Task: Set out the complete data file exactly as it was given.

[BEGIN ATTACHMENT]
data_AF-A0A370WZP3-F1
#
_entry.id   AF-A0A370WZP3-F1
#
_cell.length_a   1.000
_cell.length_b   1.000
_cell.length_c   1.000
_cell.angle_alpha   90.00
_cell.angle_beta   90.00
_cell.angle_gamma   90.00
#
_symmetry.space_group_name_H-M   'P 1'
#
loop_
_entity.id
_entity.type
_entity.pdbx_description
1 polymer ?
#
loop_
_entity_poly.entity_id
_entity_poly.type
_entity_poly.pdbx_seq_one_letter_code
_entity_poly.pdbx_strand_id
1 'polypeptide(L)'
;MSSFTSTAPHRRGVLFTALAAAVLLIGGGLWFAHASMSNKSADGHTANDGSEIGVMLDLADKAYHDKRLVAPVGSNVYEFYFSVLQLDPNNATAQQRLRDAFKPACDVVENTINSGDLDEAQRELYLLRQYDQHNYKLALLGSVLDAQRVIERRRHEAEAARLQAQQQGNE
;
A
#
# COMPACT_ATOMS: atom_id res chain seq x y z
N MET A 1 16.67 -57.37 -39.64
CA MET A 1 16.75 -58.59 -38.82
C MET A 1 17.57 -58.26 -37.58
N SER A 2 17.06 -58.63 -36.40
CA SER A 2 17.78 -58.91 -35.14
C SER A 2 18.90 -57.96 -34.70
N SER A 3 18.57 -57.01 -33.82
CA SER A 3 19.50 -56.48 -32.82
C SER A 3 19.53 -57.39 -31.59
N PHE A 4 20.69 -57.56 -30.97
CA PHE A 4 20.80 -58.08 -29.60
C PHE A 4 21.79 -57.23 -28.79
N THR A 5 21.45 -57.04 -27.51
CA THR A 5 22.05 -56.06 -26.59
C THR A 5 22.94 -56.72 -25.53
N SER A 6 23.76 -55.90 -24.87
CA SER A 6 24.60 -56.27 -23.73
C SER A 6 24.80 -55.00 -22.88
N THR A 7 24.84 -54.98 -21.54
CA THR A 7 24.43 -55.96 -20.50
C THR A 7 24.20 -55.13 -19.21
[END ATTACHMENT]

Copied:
data_AF-A0A370WZP3-F1
#
_entry.id   AF-A0A370WZP3-F1
#
_cell.length_a   1.000
_cell.length_b   1.000
_cell.length_c   1.000
_cell.angle_alpha   90.00
_cell.angle_beta   90.00
_cell.angle_gamma   90.00
#
_symmetry.space_group_name_H-M   'P 1'
#
loop_
_entity.id
_entity.type
_entity.pdbx_description
1 polymer ?
#
loop_
_entity_poly.entity_id
_entity_poly.type
_entity_poly.pdbx_seq_one_letter_code
_entity_poly.pdbx_strand_id
1 'polypeptide(L)'
;MSSFTSTAPHRRGVLFTALAAAVLLIGGGLWFAHASMSNKSADGHTANDGSEIGVMLDLADKAYHDKRLVAPVGSNVYEFYFSVLQLDPNNATAQQRLRDAFKPACDVVENTINSGDLDEAQRELYLLRQYDQHNYKLALLGSVLDAQRVIERRRHEAEAARLQAQQQGNE
;
A
#
# COMPACT_ATOMS: atom_id res chain seq x y z
N MET A 1 16.67 -57.37 -39.64
CA MET A 1 16.75 -58.59 -38.82
C MET A 1 17.57 -58.26 -37.58
N SER A 2 17.06 -58.63 -36.40
CA SER A 2 17.78 -58.91 -35.14
C SER A 2 18.90 -57.96 -34.70
N SER A 3 18.57 -57.01 -33.82
CA SER A 3 19.50 -56.48 -32.82
C SER A 3 19.53 -57.39 -31.59
N PHE A 4 20.69 -57.56 -30.97
CA PHE A 4 20.80 -58.08 -29.60
C PHE A 4 21.79 -57.23 -28.79
N THR A 5 21.45 -57.04 -27.51
CA THR A 5 22.05 -56.06 -26.59
C THR A 5 22.94 -56.72 -25.53
N SER A 6 23.76 -55.90 -24.87
CA SER A 6 24.60 -56.27 -23.73
C SER A 6 24.80 -55.00 -22.88
N THR A 7 24.84 -54.98 -21.54
CA THR A 7 24.43 -55.96 -20.50
C THR A 7 24.20 -55.13 -19.21